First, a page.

But now there is also a Humanist Manifesto II. This lengthy statement of seventeen principles was first published in. The Humanist Sept./Oct. 1973, Vol. XXXlll, No. 5). It is divided into five sub-heads; Religion, Ethics, Individual, Democratic Society, and World Community. In the preface, the proponents state clearly: "As in 1933, humanists still believe that traditional theism, especially faith in the prayer hearing God, assumed to love and care for persons . . . is an unproved and outmoded faith." From the Manifesto itself, under the subject of religion, we have these words: "First: In the best sense, religion may inspire dedication to the highest ethical ideals . . . We believe, however, that traditional dogmatic or authoritarian religions that place revelation, God, ritual, or creed above human needs and experience do a disservice to the human species." (From Humanist Manifestos I and II, Prometheus Books, Buffalo, N.Y. 4th Printing, 1976). It was this document that was signed by prominent scientists such as Linus Pauling, Francis Crick, Isaac Asimov, and the late Julian Huxley. This should leave no doubt in anyone's mind as to the position taken by some of our leading men of science. To this must be added the well-known atheist, Dr. Anthony Flew of England, whose debate with Dr. Thomas B. Warren turned into a defeat of atheism and a victory for creation!

Since evolution must be accepted into the humanist system, this tape will discuss the question of whether or not evolution can be considered as a principle of science. Yet there is more. A new thrust of "scientific humanism" is found in the January/February issue of the Humanist for 1977. It recently published a statement affirming evolution as a principle of science, and it was signed by some 163 scholars, all from leading universities and colleges. Among the number are some prominent liberal theologians. It was prepared for distribution to major public school districts in the United States. The ed4itors in their foreword stated that they, "regret the steady assault on the teaching of evolution in the public schools" and they object "to the demand for equal time for the theory of creation. . ." The statement points out that all forms of life (including human beings) developed by a lengthy process of evolution, thus accepting what Kerbut (in his Implications of Evolution, Pergamon Press, 1960) has called the general theory of evolution, as opposed to the special theory which deals with certain small variations observed in nature and in the laboratory. The evolution they are affirming is the Amoebae-to-man or Molecules-to-man theory. Let's examine the matter and inquire if it really does meet the demands of science and if it meets, as they put it, exceptionally well the demands of science as being firmly established . . . on rigorous evidence.

For a theory to qualify as a scientific theory, at least three criteria can be noted: (1) it must be supported by events or processes that can be observed to occur; (.2) the theory must be useful in predicting the outcome of future findings , and (3) the theory must be capable of falsification, that is, one must be able to devise some experiment, the failure of which would disprove the theory. It is on the basis of these criteria (or similar ones) that writers of the Humanist statement affirm that creation is not scientific!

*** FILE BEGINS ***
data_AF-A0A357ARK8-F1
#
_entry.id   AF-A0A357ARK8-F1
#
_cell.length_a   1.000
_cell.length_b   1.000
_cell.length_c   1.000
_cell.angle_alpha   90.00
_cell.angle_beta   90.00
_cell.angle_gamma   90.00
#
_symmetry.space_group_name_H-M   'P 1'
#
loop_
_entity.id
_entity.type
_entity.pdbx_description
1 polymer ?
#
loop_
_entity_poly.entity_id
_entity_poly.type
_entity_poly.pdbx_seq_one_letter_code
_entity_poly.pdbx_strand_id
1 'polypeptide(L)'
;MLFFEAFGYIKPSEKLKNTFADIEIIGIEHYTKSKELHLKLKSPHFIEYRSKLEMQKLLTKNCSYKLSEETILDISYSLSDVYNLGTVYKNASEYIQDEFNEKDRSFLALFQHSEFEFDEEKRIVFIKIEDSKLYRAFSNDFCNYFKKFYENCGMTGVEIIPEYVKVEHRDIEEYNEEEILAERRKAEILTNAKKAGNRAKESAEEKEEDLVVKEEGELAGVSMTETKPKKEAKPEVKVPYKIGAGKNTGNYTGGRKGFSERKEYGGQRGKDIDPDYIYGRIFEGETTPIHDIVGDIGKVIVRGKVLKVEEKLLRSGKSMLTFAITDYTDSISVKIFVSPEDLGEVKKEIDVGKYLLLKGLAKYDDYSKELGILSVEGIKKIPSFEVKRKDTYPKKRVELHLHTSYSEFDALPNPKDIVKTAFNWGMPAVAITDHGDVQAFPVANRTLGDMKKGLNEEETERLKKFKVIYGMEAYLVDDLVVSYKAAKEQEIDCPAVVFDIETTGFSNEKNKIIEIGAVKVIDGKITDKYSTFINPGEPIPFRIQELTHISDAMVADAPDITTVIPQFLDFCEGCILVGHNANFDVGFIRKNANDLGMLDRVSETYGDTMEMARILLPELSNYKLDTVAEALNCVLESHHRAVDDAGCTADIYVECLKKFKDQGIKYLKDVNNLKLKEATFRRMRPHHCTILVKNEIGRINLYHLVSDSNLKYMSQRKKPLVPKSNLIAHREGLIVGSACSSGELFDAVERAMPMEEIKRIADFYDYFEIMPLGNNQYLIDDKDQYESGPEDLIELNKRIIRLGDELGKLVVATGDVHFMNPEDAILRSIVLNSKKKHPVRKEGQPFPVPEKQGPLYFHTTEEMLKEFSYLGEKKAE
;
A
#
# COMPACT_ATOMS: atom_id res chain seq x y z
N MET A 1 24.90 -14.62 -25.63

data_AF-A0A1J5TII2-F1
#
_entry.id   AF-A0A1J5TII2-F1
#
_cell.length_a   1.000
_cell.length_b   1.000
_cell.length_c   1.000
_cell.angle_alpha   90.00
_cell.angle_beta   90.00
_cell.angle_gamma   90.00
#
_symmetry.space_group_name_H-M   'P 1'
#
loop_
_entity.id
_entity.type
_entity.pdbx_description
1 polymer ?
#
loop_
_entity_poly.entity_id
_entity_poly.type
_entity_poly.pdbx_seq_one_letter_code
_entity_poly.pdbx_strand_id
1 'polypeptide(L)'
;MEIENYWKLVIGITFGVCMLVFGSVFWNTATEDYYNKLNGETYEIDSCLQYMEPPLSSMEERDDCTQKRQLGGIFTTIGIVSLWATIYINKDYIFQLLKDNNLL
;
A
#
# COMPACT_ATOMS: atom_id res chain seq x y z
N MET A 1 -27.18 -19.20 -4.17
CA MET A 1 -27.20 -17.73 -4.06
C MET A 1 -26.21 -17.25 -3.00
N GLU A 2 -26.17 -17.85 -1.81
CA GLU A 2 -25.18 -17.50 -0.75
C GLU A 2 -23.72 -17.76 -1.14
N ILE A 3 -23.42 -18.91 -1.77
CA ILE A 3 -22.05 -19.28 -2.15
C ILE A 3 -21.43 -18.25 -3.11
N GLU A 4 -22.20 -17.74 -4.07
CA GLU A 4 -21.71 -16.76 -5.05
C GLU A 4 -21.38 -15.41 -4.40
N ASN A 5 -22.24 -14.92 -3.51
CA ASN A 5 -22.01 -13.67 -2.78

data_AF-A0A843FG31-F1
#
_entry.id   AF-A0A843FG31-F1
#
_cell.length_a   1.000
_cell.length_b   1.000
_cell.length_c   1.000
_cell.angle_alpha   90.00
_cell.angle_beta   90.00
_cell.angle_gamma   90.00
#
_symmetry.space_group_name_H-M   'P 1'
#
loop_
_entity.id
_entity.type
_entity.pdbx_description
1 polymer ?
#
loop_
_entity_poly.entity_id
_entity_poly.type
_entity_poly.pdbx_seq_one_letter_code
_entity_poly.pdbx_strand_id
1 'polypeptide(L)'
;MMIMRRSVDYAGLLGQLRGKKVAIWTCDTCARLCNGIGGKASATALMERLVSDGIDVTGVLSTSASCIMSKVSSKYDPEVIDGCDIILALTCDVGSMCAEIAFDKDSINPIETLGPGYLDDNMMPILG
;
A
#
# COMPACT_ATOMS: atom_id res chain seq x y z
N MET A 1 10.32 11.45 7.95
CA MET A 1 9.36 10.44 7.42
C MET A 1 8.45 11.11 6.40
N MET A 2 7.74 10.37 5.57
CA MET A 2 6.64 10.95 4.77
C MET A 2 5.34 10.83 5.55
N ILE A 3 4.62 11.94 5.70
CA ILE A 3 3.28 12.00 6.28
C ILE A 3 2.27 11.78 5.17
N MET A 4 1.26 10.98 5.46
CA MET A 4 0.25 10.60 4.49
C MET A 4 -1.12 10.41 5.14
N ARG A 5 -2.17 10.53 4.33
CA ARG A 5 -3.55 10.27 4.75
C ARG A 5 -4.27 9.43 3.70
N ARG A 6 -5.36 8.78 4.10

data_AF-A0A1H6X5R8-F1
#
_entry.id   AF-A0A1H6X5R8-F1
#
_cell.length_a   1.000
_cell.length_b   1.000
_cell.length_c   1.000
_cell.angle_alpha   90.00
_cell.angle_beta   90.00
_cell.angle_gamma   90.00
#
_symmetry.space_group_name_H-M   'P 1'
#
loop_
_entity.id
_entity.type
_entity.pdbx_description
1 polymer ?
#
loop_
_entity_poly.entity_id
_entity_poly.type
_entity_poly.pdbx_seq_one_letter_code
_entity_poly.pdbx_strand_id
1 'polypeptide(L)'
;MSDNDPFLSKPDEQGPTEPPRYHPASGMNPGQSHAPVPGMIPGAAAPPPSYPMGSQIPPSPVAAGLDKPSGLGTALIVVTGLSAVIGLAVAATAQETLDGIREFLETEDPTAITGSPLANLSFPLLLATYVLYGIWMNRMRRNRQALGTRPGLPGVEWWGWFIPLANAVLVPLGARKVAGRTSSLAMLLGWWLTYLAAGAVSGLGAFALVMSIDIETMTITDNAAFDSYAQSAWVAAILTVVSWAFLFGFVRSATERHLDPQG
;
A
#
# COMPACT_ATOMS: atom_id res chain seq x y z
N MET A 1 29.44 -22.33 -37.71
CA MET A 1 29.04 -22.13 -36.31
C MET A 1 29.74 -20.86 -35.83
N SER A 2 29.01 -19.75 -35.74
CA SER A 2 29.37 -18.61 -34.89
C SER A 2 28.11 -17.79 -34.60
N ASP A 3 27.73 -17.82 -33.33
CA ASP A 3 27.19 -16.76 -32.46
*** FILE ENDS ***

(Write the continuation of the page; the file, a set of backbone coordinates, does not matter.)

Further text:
Creation has not been witnessed by human observers, it cannot be tested experimentally, and as a theory it is unfalsifiable. So it may come as a shock to those scientific humanists that evolution, as defined, also fails to meet all three of these same criteria!

Evolution is of necessity an historical process which has not been witnessed by humans, and the unrepeatable and untestable events postulated for evolution are not amenable to evaluation on the basis of consistency and prediction. (Editorial "Origins" Vol. IV, Leoscience Research Institute, Berrien Springs, Michigan, 1977, p. t). No matter what is observed, there is almost always an appropriate evolutionary explanation for it. One scientist who has been critical of these claims of humanists said: "This . . . makes of evolutionary biologists spinners of tales, bedtime stories, instead of empirical investigators." This quote is from the 1977 article Review of Evolution and the Diversity of Life, from the journal, Systematic Zoology, Vol. 26,

Pages 224-228, and repeated in the editorial "Origins" as previously cited. So much, then for the science in scientific humanism. It is false! Evolution is not a principle of science!

As for humanism as a philosophy and point of view, it is outright atheism, masquerading under the guise of science and religion. It fails to understand what human need is. Man's need for moral and spiritual guidance, yes, even for salvation, are just as human as our need for food, clothing, and shelter. Worship of God is for man's sake as much as for God's. Humanism, in its appeal to intellectual snobbery, errs most filthy in dethroning the God of Heaven and enthroning himself as Lord of creation! An increased awareness of the acceptance of this false philosophy into our society and what God's Word, the Bible, says about it will lead to a stronger commitment to God and eventually to a revitalized faith! Christians can have nothing to do with scientific humanism!

Original Link